True. One subtle point is that many people in the North (and, to a lesser extent, the South) who were not willing to kill or risk death to bring about an immediate end to slavery _were_ willing to apply lethal force to stop the territorial expansion of slavery.

Thus, the conflict over slavery expansion was an important parallel to the dispute over what should happen to the institution of slavery. In fact, in the five years or so before the outbreak of war many more US citizens had died in violence aimed at promoting or stopping the expansion of slavery than in fights over whether slavery should be legal (this comparison, obviously, omits slaves beaten to death or otherwise killed for fighting slavery; they were not US citizens).

The slave-state leadership had made clear its desire to extend its favored institution into the western territories, and had shown its willingness to use violence in that cause. Stopping secession was clearly aimed at stopping the expansion of slavery. It therefore _was_ anti-slavery, even if not aimed at immediate abolition. Just as containment of communism was anti-communist, containment of slavery was anti-slavery. The slave-state leaders certainly thought so.

The idea that, in the context of the political crisis of 1861, the conflict over "secession" was separate from the one over "slavery" is completely ahistorical.

 
At 2:28 AM, June 07, 2010, Blogger Jonathan said...

Well, I didn't say that slavery had nothing to do with the war. However, it seems to me that the primary aim of the war for the US government and people and soldiers was to end secession; and the primary aim of the war for the CS government and people and soldiers was to maintain secession.

The ending or retention of slavery was at most a secondary aim. Although some on both sides had a burning interest in the subject, I think the majority had less interest and wouldn't have been willing to fight a major war over it.

The lesser fighting over the slavery issue before the war was presumably amongst the minority of people on both sides who had a burning interest in the subject.

By way of anecdote, I quote from "Letters of a Civil War Surgeon". This text was written by Major William Watson of the Pennsylvania Volunteers in February 1863, referring to the bill for the organization of negro regiments.

"I am entirely and unconditionally opposed to this bill. And I am certain I am speaking the true sentiments of the Army of the Potomac when I say not one officer in twenty can be found willing to accept command in these Regts… At best it is but an experiment— for in the first place we don't know whether the Negro will enlist—and secondly are not sure they will fight even when enlisted. Instead of this nigger question, if the administration with Congress will devote itself entirely to our financial affairs and the vigorous prosecution of the war the rebellion will be suppressed in less time than it will take to organize, equip and discipline the niggers. Place a black Regt. side by side with the 105th and this Regt., though composed almost entirely of Republicans, would charge and drive them with more delight than they would the rebels. I don't say I approve of this—but I do say it would be done. In my opinion the passage of this bill will tend to the demoralization of our Army and to the success of the rebels. You have no idea how greatly the common soldiers are prejudiced against the Negro. An officer can scarcely retain a colored servant. I have seen with pity and indignation a poor, unfortunate and inoffensive contraband kicked, cuffed and maltreated without cause. The soldiers do this because they think the Negro considers himself their equal and that before long he will be made so by Congress and the administration."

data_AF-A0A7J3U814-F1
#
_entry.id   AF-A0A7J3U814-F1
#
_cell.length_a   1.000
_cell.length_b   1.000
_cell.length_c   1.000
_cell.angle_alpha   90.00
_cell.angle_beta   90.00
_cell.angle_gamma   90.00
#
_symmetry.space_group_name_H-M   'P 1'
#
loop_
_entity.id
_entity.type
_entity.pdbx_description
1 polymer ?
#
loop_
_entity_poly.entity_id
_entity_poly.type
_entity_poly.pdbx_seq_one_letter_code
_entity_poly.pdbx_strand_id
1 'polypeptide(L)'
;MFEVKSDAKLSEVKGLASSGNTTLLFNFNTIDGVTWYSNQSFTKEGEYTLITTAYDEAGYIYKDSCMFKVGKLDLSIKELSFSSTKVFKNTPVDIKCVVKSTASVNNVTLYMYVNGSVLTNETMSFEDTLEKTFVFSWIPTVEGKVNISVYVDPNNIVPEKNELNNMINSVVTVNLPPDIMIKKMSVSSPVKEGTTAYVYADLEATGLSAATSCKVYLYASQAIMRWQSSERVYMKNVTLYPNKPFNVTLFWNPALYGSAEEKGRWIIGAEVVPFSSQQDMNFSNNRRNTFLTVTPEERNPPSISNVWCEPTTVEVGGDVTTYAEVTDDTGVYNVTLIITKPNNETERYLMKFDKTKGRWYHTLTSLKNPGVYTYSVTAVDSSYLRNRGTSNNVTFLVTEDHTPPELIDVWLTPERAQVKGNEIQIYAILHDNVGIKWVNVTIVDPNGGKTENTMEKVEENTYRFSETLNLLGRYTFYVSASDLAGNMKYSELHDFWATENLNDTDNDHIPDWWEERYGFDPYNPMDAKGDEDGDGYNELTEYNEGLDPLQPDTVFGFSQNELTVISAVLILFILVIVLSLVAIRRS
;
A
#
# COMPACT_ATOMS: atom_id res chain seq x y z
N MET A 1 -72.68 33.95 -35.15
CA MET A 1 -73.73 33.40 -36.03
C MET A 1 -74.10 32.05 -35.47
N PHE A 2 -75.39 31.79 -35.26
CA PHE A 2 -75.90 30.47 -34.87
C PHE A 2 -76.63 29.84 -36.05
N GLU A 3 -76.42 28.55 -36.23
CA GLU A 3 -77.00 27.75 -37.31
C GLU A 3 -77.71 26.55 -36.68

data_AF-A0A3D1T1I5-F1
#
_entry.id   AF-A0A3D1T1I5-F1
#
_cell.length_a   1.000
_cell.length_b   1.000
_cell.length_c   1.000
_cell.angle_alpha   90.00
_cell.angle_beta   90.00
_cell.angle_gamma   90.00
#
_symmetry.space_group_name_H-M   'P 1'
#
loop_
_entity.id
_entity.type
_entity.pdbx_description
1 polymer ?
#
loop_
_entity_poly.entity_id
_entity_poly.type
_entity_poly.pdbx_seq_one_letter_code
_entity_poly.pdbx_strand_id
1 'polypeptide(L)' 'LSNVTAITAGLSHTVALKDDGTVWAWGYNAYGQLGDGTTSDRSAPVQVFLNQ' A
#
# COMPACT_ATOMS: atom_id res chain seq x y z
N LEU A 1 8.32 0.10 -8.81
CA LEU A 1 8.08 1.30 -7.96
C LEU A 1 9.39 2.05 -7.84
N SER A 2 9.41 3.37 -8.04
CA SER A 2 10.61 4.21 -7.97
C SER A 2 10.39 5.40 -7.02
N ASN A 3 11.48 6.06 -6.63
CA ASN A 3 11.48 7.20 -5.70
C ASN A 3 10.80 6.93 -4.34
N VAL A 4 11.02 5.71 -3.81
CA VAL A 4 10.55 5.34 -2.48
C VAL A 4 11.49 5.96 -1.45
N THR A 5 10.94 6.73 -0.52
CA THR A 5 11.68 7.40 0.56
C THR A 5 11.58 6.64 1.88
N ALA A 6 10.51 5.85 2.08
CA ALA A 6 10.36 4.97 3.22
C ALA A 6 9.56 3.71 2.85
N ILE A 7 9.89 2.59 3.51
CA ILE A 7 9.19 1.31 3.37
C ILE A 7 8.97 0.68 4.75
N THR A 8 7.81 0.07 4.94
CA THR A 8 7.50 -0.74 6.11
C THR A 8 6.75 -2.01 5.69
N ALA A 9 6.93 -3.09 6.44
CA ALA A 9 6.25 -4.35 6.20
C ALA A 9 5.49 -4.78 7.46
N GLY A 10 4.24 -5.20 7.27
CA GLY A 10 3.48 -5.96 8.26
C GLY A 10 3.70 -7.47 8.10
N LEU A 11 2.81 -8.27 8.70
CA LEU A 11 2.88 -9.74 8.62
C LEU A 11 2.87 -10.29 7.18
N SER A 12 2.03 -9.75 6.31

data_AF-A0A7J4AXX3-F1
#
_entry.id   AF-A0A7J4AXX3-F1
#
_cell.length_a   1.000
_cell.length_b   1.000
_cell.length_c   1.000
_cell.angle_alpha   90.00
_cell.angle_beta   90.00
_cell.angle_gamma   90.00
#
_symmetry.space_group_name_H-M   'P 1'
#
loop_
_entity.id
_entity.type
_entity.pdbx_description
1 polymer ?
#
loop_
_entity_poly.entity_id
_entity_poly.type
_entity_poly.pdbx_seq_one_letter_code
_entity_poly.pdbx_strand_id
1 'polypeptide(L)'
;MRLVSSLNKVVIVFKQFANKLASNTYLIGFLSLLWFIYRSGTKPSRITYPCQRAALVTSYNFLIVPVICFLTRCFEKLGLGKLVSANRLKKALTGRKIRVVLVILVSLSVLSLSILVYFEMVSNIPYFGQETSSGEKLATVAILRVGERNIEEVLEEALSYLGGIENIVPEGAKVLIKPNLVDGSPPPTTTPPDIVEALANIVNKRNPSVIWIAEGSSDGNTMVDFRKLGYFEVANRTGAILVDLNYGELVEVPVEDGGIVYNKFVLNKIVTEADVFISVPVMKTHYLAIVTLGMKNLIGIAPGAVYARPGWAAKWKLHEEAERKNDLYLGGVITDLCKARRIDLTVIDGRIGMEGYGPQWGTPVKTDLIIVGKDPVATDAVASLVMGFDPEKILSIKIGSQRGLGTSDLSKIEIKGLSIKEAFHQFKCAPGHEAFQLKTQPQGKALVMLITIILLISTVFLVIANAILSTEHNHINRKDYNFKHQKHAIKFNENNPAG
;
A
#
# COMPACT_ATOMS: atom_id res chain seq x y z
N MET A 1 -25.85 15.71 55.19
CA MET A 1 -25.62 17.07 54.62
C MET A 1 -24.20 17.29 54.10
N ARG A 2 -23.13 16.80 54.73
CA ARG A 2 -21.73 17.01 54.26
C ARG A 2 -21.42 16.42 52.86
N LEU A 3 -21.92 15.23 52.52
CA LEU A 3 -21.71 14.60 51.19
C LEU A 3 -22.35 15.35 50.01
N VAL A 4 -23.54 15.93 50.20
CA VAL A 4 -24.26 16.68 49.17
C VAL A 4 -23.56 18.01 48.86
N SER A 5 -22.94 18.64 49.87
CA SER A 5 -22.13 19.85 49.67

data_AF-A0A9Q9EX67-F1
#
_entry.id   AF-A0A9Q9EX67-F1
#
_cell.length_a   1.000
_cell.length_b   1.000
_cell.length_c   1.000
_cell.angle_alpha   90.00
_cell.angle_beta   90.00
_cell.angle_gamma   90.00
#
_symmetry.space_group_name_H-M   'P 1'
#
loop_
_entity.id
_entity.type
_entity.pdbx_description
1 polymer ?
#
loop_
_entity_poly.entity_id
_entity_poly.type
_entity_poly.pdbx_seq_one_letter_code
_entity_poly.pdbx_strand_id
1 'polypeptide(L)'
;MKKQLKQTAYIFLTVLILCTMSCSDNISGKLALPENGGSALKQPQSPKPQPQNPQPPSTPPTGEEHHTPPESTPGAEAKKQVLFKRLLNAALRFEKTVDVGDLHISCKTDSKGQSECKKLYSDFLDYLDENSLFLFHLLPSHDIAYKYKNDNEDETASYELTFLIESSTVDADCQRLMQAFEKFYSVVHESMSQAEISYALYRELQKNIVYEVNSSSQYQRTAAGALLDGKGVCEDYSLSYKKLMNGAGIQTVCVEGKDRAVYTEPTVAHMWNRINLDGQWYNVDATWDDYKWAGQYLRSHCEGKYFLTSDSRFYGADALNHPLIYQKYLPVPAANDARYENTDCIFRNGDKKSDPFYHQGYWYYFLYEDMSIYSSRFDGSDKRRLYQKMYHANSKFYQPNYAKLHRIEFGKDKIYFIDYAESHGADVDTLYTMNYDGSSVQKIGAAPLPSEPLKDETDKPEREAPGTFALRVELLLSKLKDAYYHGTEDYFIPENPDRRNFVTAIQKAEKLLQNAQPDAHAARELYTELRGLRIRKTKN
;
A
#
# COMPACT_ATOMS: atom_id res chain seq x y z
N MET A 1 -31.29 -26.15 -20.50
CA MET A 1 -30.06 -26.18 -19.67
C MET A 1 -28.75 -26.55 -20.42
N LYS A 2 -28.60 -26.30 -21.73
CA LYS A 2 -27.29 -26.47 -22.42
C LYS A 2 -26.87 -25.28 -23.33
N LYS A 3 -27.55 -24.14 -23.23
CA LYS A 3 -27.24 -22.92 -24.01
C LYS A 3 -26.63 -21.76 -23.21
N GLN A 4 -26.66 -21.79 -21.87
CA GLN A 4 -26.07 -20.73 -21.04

At 9:22 AM, June 07, 2010, Anonymous Former3L said...

[Jonathan] "I didn't say that slavery had nothing to do with the war. However, it seems to me that the primary aim of the war for the US government and people and soldiers was to end secession; and the primary aim of the war for the CS government and people and soldiers was to maintain secession.
The ending or retention of slavery was at most a secondary aim."

You are welcome to this opinion, but there is extensive contemporary evidence that secession was regarded as intimately bound up with slavery. The secessions were the latest actions of the organized slaveowners, done for the explicitly avowed reason of protecting and extending slavery, and a major reason that so many Northerners (and some Southerners too) were willing to fight to put down secession was in order to stop the expansion of slavery.

Duelling quotes are always fun; here's one I'm fond of.

"'The people of the South,' says a contemporary, 'are not fighting for slavery, but for independence.'
Let us look into this matter. It is an easy task, we think, to show up this new fangled heresy -- a heresy calculated to do us no good, for it cannot deceive foreign statesmen nor peoples nor mislead any one here or in Yankeeland. . . . 'The people of the South are not fighting for slavery, but for independence.'
Why, this is tantamount to saying that the South is fighting for independence at the expense of slavery. It is an acknowledgement that slavery is either an evil or unimportant --- a doctrine which we hold to be opposed to the experience of ethnologists and of every agriculturalist of the South.
If the new heresy is intended to conciliate European nations it will fail for it does not tally with our history as the Southern people know. The first are not to be hoodwinked by so transparent a fallacy; the second cannot agree to hold our great industrial institution at so low a figure. Is the new heresy intended to conciliate the Yankees? If so, worse still, as we should never consent to eat our words and our principles face to face with that negro stealing race.